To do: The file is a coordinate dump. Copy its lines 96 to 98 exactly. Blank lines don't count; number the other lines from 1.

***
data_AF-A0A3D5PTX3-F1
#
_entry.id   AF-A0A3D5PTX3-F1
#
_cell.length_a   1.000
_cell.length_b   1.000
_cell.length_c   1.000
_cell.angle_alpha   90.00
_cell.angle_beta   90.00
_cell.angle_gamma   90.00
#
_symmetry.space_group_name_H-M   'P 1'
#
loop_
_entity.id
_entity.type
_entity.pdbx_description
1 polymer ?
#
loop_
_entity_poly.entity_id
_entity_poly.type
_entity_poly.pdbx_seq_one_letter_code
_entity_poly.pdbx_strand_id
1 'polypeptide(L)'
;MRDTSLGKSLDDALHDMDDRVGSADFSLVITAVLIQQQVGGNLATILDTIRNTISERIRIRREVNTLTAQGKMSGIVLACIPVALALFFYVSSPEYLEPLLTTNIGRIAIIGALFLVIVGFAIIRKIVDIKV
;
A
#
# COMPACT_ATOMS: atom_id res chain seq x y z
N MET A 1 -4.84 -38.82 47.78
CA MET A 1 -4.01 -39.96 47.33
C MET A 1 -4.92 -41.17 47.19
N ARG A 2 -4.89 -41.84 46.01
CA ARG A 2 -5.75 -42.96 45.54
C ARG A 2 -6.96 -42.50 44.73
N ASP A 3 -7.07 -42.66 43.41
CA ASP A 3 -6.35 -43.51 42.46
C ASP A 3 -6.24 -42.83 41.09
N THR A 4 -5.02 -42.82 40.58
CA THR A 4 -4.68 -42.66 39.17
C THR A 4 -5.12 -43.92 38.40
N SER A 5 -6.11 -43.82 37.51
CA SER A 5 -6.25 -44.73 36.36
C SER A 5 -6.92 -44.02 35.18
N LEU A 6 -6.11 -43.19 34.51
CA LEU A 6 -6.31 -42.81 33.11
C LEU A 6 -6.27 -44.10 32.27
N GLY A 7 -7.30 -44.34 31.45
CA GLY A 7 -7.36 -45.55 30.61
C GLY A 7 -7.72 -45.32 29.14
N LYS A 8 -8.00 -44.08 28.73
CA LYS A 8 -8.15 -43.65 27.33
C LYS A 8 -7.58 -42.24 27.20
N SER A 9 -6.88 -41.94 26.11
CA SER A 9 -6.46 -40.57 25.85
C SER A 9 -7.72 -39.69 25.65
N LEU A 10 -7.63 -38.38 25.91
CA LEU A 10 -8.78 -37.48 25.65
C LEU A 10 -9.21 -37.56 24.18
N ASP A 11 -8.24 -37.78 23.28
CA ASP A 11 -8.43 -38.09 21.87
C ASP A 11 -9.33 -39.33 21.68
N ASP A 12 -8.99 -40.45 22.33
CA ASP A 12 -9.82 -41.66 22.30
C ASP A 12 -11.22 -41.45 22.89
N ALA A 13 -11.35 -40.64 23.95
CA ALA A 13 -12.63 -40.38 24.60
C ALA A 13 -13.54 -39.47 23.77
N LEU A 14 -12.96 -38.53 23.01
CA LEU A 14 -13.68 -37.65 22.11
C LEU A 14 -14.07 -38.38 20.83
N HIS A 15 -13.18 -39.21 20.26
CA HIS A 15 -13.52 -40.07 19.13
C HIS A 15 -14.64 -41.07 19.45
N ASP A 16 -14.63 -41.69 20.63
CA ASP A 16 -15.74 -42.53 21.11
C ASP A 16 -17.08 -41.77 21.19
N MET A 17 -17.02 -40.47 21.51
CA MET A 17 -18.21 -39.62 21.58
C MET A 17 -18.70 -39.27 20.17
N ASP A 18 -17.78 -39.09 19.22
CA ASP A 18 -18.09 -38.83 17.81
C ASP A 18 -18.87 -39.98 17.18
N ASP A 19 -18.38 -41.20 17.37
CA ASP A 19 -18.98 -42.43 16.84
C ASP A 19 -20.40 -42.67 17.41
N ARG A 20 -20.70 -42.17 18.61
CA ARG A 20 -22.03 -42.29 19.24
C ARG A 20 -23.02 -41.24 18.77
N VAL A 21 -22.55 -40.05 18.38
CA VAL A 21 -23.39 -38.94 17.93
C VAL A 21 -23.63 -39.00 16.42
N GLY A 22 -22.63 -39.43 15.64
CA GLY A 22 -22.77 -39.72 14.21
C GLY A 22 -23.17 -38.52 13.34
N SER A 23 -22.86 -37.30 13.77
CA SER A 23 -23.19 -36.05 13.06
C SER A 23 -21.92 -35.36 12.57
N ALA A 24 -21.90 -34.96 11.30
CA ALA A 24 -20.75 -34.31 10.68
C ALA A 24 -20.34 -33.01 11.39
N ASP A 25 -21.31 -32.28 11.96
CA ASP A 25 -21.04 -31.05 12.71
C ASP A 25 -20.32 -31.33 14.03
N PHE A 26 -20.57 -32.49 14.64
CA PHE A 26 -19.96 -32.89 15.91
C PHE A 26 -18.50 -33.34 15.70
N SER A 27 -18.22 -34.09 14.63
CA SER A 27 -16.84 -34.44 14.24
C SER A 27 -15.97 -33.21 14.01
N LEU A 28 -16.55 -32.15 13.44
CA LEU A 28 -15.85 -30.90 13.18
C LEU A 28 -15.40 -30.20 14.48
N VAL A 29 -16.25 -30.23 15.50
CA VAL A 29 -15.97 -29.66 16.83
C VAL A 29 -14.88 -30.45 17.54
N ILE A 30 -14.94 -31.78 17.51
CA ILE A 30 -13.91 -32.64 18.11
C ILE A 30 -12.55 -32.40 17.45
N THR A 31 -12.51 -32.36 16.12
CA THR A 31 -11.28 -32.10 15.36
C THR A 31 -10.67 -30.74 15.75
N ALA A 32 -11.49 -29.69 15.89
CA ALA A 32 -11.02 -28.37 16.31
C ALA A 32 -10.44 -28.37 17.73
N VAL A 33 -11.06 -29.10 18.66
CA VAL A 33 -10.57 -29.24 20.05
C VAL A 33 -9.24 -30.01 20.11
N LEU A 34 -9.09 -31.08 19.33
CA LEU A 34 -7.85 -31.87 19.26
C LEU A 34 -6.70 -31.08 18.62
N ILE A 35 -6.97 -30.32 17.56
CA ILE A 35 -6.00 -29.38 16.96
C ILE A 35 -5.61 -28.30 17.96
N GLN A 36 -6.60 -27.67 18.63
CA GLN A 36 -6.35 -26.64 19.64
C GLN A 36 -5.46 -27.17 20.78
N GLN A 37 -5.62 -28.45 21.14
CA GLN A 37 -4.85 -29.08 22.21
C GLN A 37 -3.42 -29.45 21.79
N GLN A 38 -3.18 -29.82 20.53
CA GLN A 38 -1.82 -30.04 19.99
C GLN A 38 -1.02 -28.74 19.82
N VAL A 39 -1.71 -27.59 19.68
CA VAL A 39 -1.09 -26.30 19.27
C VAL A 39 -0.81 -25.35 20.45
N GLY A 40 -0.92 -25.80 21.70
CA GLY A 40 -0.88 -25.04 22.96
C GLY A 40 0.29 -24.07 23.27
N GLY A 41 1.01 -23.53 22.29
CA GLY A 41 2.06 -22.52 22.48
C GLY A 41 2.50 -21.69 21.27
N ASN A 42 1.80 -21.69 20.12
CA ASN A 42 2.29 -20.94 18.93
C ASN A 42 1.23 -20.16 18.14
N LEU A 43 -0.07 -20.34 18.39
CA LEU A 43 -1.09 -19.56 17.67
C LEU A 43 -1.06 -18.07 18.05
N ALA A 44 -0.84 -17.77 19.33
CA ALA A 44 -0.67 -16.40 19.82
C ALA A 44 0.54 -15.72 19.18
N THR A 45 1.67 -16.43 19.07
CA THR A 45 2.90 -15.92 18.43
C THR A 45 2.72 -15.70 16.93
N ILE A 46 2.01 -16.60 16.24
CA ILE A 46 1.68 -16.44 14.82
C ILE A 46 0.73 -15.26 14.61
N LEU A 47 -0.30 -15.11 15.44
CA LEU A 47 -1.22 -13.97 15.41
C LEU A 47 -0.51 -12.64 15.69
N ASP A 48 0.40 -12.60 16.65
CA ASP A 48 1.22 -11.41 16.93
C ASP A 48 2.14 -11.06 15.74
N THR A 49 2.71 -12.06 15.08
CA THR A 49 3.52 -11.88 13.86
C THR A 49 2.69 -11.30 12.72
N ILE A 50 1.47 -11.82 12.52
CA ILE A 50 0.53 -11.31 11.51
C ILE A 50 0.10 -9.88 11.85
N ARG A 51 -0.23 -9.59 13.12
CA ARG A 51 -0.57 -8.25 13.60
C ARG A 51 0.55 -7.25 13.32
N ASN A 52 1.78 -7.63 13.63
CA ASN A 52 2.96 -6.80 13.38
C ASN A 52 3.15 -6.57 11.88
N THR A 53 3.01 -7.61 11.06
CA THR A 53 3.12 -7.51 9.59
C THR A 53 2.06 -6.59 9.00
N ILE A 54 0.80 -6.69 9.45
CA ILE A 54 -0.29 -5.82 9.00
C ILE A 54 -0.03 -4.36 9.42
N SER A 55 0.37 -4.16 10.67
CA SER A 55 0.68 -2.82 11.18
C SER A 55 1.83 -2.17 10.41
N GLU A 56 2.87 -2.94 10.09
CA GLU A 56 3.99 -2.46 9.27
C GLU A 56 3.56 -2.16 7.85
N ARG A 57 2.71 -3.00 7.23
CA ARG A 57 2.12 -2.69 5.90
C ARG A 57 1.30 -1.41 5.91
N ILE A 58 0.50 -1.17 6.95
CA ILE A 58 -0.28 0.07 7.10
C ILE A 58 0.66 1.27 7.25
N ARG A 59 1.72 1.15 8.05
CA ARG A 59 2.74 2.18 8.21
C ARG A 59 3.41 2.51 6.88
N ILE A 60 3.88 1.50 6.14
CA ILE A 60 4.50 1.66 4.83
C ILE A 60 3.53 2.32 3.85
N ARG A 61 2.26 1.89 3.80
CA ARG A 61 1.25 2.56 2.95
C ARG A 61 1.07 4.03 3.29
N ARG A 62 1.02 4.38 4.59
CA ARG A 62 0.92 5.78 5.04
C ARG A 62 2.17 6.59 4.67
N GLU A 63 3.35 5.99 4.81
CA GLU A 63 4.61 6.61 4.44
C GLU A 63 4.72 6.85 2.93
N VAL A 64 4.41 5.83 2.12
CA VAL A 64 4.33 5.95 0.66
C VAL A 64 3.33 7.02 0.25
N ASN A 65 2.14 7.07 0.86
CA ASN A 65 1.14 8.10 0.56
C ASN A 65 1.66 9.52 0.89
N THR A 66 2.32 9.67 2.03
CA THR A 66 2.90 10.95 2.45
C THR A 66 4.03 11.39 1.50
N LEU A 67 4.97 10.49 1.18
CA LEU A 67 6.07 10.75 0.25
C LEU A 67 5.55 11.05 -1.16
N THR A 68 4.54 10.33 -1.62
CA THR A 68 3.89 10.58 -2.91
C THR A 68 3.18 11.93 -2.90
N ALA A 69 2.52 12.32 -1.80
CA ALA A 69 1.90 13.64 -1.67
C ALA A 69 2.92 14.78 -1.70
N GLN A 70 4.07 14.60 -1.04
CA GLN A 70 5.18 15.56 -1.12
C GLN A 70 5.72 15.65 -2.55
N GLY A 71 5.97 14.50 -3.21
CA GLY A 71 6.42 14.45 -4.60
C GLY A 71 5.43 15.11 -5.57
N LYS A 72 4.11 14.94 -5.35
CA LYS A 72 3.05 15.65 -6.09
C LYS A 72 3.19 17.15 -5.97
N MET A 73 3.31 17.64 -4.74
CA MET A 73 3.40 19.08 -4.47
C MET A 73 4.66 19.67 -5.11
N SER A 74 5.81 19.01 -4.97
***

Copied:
C GLY A 22 -23.17 -38.52 13.34
N SER A 23 -22.86 -37.30 13.77
CA SER A 23 -23.19 -36.05 13.06